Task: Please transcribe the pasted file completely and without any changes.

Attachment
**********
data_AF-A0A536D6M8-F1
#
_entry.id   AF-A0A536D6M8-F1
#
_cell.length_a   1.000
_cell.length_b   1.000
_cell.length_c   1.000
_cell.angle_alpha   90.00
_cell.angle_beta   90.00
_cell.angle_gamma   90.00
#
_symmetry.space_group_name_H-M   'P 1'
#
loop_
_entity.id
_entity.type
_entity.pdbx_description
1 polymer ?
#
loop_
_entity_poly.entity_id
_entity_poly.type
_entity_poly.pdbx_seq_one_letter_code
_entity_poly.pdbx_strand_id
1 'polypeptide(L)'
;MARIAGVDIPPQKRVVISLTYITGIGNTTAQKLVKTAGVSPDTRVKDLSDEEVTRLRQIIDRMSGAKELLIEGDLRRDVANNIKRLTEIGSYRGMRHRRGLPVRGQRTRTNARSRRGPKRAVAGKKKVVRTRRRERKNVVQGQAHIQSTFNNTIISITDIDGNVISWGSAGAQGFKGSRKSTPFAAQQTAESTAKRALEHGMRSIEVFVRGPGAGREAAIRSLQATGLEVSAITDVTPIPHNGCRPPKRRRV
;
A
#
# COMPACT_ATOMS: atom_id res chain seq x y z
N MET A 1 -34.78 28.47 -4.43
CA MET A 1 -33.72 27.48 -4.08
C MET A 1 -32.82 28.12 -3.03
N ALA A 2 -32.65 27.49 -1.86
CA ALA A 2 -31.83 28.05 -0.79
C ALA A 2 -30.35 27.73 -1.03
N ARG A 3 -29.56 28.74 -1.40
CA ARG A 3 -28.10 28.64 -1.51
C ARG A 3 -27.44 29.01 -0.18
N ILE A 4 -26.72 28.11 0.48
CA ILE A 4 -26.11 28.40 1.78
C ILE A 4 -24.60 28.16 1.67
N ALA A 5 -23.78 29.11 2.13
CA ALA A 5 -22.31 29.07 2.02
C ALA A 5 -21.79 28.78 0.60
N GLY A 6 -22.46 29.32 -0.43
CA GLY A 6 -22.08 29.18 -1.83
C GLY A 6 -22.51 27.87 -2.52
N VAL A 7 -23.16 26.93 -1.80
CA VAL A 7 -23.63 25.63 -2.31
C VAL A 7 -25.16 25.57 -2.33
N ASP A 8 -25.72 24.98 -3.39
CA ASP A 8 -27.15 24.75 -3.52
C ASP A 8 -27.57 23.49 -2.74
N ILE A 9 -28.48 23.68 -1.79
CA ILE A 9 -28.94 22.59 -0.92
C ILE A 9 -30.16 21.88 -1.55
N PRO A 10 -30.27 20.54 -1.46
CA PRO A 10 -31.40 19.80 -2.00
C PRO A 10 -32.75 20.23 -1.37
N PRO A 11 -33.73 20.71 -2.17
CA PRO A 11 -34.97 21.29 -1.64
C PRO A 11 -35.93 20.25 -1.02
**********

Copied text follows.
data_AF-A0A536D6M8-F1
#
_entry.id   AF-A0A536D6M8-F1
#
_cell.length_a   1.000
_cell.length_b   1.000
_cell.length_c   1.000
_cell.angle_alpha   90.00
_cell.angle_beta   90.00
_cell.angle_gamma   90.00
#
_symmetry.space_group_name_H-M   'P 1'
#
loop_
_entity.id
_entity.type
_entity.pdbx_description
1 polymer ?
#
loop_
_entity_poly.entity_id
_entity_poly.type
_entity_poly.pdbx_seq_one_letter_code
_entity_poly.pdbx_strand_id
1 'polypeptide(L)'
;MARIAGVDIPPQKRVVISLTYITGIGNTTAQKLVKTAGVSPDTRVKDLSDEEVTRLRQIIDRMSGAKELLIEGDLRRDVANNIKRLTEIGSYRGMRHRRGLPVRGQRTRTNARSRRGPKRAVAGKKKVVRTRRRERKNVVQGQAHIQSTFNNTIISITDIDGNVISWGSAGAQGFKGSRKSTPFAAQQTAESTAKRALEHGMRSIEVFVRGPGAGREAAIRSLQATGLEVSAITDVTPIPHNGCRPPKRRRV
;
A
#
# COMPACT_ATOMS: atom_id res chain seq x y z
N MET A 1 -34.78 28.47 -4.43
CA MET A 1 -33.72 27.48 -4.08
C MET A 1 -32.82 28.12 -3.03
N ALA A 2 -32.65 27.49 -1.86
CA ALA A 2 -31.83 28.05 -0.79
C ALA A 2 -30.35 27.73 -1.03
N ARG A 3 -29.56 28.74 -1.40
CA ARG A 3 -28.10 28.64 -1.51
C ARG A 3 -27.44 29.01 -0.18
N ILE A 4 -26.72 28.11 0.48
CA ILE A 4 -26.11 28.40 1.78
C ILE A 4 -24.60 28.16 1.67
N ALA A 5 -23.78 29.11 2.13
CA ALA A 5 -22.31 29.07 2.02
C ALA A 5 -21.79 28.78 0.60
N GLY A 6 -22.46 29.32 -0.43
CA GLY A 6 -22.08 29.18 -1.83
C GLY A 6 -22.51 27.87 -2.52
N VAL A 7 -23.16 26.93 -1.80
CA VAL A 7 -23.63 25.63 -2.31
C VAL A 7 -25.16 25.57 -2.33
N ASP A 8 -25.72 24.98 -3.39
CA ASP A 8 -27.15 24.75 -3.52
C ASP A 8 -27.57 23.49 -2.74
N ILE A 9 -28.48 23.68 -1.79
CA ILE A 9 -28.94 22.59 -0.92
C ILE A 9 -30.16 21.88 -1.55
N PRO A 10 -30.27 20.54 -1.46
CA PRO A 10 -31.40 19.80 -2.00
C PRO A 10 -32.75 20.23 -1.37
N PRO A 11 -33.73 20.71 -2.17
CA PRO A 11 -34.97 21.29 -1.64
C PRO A 11 -35.93 20.25 -1.02